Call of Duty: Modern Warfare 3 will be out this fall, but whether it's coming out for the Wii is a shaky proposition. The early indication, if a listing by retail giant GameStop is accurate, is that it isn't. The gaming chain's web-page for MW3 lists three versions—Xbox 360, PlayStation 3, and PC.
Wii critics may scoff, saying that Nintendo's fading console lacks the horsepower and the relevance among standard Call of Duty gamers to get a version of the new sequel. That would be a questionable conclusion. But Nintendo's system still has a user-base in the millions and has had a new Call of Duty game released each of the last three years.
A GameStop rep was unable to explain today why the company omitted a Wii listing. Activision, which has released teasers for Modern Warfare 3 in the wake of Kotaku's leak of information about the game, has technically not even confirmed that the game is expected to come to the 360, PS3 or PC. The publisher did not respond to a request for comment.
The Wii doesn't have to have Modern Warfare 3 to have a Call of Duty this fall, of course. The system got versions of Call of Duty: World at War and Call of Duty: Black Ops at the same time as the PC, PS3 and 360, in the autumns of 2008 and 2010, respectively. But in 2009, Nintendo's console merely got a port of the first Modern Warfare, a game that was released on other platforms in 2007. While the Wii was finally getting MW1, those more powerful game machines got Modern Warfare 2.
All original releases of Modern Warfare games, including the upcoming third one, have been the product of development studio Infinity Ward. All of the Wii releases over the last few years, including the MW1 remake, were made by Treyarch, the studio behind all versions of World at War and Black Ops. To put that another way, Infinity Ward has had a history of not making their games for the Wii; Treyarch has. If the pattern continued, we'd be seeing Treyarch making a Modern Warfare 2 re-make on Wii this fall, a proposition peculiar enough to be unlikely.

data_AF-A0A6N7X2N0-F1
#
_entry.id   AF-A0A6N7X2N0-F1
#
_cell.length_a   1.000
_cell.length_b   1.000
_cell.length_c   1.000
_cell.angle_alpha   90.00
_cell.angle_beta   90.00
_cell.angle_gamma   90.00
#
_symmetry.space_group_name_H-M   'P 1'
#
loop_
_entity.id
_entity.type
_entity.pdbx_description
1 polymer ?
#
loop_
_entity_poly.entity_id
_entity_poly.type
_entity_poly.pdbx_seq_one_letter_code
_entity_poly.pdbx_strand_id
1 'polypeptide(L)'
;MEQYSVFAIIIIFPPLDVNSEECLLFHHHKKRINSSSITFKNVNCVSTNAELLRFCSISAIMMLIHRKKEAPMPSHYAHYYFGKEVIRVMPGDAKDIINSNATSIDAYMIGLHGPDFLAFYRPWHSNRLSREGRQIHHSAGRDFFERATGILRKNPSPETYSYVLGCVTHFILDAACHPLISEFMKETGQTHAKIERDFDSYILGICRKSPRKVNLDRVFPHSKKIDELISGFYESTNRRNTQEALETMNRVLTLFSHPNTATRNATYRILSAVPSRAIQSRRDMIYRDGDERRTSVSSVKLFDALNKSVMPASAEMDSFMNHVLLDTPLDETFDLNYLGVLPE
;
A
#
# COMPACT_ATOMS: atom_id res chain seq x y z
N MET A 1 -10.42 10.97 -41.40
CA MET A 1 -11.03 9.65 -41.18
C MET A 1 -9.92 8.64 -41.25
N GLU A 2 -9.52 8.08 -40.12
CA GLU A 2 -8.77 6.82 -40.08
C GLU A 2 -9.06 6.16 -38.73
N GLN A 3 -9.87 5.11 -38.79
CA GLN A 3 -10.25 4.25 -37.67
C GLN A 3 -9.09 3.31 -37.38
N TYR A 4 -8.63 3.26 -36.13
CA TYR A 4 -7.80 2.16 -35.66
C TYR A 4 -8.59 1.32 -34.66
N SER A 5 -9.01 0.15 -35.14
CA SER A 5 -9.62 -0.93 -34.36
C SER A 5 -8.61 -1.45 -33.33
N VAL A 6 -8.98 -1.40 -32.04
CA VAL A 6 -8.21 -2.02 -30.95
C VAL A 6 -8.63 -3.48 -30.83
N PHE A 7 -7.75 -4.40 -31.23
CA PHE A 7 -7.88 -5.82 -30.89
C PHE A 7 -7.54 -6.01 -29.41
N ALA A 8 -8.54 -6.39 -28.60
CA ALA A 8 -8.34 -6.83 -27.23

Wii versions of Call of Duty games have cracked the one-million sales mark before, but even Nintendo president Satoru Iwata recently noted that they don't come close to the (multi-million) magnitude they do on competing consoles: "Wii is good in some areas but not in others," he said last month, "so especially for games like Call of Duty, the Wii version sold pretty well, but the unit sales were very different from the versions of other platforms, and I assume that one of the reasons is the issue with the graphical representations which you mentioned before, and also, the consumers who like that kind of game will have other platforms at home as well, which led to this result."
The Wii CoDs do, however, rack up high playing times per player—more than almost any other Wii game—proving that those who do get them and play them online, enjoy them.
Should the Wii be left out of a console version of the new version of what has been the hottest-selling series in video games over the past few years, Nintendo fans can at least bank on the Wii's successor, expected for release before fall 2012, to be more than capable of handling whatever Call of Duty game emerges that year—likely a Treyarch CoD, to boot, if Activision's franchise pattern continue.